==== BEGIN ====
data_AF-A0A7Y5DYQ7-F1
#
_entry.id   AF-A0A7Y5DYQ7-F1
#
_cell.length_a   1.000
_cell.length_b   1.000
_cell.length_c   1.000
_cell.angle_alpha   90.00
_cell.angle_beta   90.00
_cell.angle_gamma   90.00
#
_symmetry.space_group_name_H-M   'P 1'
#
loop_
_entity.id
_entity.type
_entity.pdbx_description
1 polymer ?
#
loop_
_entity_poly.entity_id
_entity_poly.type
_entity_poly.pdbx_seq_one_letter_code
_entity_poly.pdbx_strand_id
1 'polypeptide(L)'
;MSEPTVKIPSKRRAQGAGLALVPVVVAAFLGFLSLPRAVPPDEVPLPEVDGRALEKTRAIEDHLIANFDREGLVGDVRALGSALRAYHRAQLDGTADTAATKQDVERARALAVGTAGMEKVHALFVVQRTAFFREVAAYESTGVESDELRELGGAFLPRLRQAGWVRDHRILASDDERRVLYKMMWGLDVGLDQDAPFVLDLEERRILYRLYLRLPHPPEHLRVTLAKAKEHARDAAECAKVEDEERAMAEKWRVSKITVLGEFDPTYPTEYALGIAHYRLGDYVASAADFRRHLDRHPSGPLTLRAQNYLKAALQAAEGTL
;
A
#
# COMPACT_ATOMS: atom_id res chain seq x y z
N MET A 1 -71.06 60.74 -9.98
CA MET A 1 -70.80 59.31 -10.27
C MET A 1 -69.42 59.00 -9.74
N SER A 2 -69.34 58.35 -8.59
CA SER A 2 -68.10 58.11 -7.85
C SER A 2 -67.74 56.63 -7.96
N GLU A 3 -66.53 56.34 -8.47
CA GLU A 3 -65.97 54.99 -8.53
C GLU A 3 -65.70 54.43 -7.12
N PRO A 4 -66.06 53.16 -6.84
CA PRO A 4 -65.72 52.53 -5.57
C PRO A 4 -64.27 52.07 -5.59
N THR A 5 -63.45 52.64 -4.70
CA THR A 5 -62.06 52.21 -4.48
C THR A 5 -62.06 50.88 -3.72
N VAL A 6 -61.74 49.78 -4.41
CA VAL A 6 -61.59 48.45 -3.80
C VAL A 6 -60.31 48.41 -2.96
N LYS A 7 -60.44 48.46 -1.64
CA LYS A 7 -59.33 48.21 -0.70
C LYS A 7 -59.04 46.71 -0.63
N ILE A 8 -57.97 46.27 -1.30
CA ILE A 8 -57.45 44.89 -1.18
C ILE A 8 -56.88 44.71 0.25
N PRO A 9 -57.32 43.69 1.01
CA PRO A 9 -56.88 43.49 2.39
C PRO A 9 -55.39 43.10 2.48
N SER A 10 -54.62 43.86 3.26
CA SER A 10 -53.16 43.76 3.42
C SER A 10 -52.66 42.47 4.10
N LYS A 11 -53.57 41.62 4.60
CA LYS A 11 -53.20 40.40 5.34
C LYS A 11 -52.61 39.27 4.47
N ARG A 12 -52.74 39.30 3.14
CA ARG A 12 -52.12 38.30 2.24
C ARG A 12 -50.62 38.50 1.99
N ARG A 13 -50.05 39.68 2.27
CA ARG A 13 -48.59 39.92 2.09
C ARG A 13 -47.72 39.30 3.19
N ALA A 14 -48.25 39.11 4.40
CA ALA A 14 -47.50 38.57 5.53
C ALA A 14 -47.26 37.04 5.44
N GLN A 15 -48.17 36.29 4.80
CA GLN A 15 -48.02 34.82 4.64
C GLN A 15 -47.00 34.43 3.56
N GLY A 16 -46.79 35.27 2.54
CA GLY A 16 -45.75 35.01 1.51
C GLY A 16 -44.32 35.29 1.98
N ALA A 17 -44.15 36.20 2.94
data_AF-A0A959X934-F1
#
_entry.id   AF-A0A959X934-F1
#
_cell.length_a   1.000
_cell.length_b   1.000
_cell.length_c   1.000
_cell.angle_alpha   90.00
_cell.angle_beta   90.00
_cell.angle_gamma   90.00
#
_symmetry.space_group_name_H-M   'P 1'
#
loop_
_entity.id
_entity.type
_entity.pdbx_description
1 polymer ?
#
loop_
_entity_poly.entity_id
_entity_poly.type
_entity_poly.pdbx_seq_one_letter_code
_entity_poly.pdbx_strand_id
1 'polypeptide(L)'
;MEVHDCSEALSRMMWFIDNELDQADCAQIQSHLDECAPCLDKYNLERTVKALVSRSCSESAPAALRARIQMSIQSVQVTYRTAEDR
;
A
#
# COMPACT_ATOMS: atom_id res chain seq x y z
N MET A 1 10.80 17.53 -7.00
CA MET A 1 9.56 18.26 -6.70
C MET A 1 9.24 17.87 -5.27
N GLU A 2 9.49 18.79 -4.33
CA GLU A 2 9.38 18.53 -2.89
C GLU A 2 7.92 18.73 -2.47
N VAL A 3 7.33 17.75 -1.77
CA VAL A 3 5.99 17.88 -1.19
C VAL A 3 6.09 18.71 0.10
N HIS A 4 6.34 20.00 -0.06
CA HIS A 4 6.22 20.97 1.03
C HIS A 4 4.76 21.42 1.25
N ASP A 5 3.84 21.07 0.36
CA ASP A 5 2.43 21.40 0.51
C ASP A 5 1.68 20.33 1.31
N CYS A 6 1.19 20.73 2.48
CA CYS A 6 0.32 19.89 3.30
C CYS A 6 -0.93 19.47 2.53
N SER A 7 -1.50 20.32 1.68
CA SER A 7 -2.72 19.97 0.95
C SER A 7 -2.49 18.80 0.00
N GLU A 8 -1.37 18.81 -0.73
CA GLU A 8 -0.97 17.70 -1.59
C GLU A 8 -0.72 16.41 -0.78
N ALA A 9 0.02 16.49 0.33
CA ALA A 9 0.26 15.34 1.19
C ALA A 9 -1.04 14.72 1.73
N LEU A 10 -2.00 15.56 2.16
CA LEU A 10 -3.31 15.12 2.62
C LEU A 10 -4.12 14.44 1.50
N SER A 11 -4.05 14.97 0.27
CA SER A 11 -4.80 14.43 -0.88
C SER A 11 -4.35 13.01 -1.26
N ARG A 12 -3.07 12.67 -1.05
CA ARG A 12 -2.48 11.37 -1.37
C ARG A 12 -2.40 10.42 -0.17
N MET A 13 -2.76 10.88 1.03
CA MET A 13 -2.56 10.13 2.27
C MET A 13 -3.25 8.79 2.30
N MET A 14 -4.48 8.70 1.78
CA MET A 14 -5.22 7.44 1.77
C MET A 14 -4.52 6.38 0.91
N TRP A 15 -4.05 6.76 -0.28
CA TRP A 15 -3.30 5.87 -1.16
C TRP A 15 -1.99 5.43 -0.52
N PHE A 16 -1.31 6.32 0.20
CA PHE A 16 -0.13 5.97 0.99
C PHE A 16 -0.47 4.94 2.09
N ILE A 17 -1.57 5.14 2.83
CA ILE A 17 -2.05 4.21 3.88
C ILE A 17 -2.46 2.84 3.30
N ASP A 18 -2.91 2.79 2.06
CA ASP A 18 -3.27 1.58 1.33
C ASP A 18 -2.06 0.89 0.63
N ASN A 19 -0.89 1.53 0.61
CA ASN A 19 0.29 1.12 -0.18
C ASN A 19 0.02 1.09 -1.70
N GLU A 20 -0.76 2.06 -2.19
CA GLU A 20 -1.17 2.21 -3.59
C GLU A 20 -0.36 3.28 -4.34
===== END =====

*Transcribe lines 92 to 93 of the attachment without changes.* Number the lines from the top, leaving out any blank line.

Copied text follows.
#
loop_